Throughout history, nations have fought against nations due to cross border conflicts. Along the way, wars have resulted and various atrocities perpetrated to not only civilians, but also the environment and the economy. Wars provide the right environment for perpetration of atrocities and prevalence of lawlessness. Other than just the winners and losers, two groups of people emerge from wars viz. the victims and the perpetrators of the atrocities. In every atrocity perpetuated, the culprit commits injustices to the victims of the war. Some of the atrocities recorded in history are beyond human understanding but one thing is common, the guilt of perpetrating these atrocities passes from generation to generation.
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Traumatic experiences of seeing people killed or/and being raped coupled with the lucky survival to tell the story or losing loved ones in a war leaves lasting impressions in the mind of the victims. On the other hand, killing people, issuing commands to drop the last bomb, or raping women also leave lasting mental torture to the perpetrators of violence during wars. Some of the effects of war outlive the war in terms of trauma and psychological effects to survivors of both victims and perpetrators. Use of prohibited weapons like nuclear weapons has left devastating radioactive effects experienced even in contemporary times.
The effects of the war do not end with the immediate survivors and perpetrators; no, these effects pass on to the children and grandchildren of the involved parties. The question in consideration is whether the children of the survivors inherit the trauma and the children of the perpetrators live with the burden of guilt over injustices committed by their parents. The generations that follow are blamed by subsequent generations of their victims for atrocities they did not commit. For instance, even to date, the Hutus of Rwanda are blamed for killing thousands of Tutsis in the infamous Rwanda genocide of 1994. Even though many might not concur, the Hutus, who were born years after the atrocity, will continually carry the guilt of their fathers and tribesmen.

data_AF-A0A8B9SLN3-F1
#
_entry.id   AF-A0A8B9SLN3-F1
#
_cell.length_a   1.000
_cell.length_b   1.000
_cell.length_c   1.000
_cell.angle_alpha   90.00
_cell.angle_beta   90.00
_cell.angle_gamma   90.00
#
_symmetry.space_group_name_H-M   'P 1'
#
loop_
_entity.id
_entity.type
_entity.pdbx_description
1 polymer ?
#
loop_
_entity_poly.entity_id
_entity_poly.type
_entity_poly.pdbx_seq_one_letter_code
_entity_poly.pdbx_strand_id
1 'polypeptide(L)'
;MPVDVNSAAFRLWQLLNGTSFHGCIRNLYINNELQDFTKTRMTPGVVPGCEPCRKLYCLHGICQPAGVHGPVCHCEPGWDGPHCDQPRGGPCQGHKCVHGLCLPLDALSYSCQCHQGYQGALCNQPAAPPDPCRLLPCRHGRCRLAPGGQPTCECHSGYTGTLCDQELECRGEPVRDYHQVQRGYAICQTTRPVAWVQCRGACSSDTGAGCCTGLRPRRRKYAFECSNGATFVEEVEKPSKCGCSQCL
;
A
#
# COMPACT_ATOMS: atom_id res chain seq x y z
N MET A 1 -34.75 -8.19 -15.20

In fact, most of the perpetrator’s progenies have to bear the responsibility of compensating the victim’s offsprings. Sometimes, the compensation is paid not to survivors, but to the children of those who died or lost their lives during the war because the war fought between nations and the national identity continues to exist regardless of the passage of time.
The existence of nations even after the war means the subsequent government has to bear the responsibility of previous governments. For example, a government that signs a treaty to end a war means subsequent governments abide by the requirements of the treaty. Therefore, such occurrences cause inheritance of the guilt of perpetration by generations that carry the burden of wars they did not commit.
The effects of atrocities perpetrated by previous generations pass guilt to the offsprings of such generations. Monuments and cemeteries are set up as memorial sites to remember atrocities; however, the monuments have served as constant reminders of those atrocities thus a reminder of the guilt laid on the perpetrator’s children. Such has been the effect of the monuments that Iris Chang was motivated to research on the Nanking Massacre committed in China by the Japanese Army. The arguments above indicate a strong case that guilt of perpetration passes from generation to generation.